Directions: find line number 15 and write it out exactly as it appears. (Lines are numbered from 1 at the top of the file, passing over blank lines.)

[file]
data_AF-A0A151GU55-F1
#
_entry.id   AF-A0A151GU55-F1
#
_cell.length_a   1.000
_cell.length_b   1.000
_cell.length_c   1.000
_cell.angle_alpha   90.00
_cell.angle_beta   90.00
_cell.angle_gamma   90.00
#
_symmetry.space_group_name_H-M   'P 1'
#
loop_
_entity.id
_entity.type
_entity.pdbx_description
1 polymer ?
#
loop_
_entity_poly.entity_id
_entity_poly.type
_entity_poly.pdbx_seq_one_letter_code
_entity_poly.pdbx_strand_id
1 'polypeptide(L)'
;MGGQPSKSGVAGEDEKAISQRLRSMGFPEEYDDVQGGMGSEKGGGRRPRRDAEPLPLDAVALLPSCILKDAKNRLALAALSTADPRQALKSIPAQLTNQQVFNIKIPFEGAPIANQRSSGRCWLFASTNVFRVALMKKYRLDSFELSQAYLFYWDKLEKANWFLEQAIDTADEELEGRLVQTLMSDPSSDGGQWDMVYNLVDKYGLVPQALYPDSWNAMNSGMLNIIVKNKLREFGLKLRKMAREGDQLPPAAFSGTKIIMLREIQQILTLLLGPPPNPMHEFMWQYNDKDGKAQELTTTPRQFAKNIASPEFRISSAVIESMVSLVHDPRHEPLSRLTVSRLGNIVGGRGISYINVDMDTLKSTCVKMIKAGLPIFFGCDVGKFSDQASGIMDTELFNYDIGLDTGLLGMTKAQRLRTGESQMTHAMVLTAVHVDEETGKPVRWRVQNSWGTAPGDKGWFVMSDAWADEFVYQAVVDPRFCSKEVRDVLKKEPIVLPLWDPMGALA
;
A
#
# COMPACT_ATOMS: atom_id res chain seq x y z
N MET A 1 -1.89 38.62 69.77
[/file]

_entity.id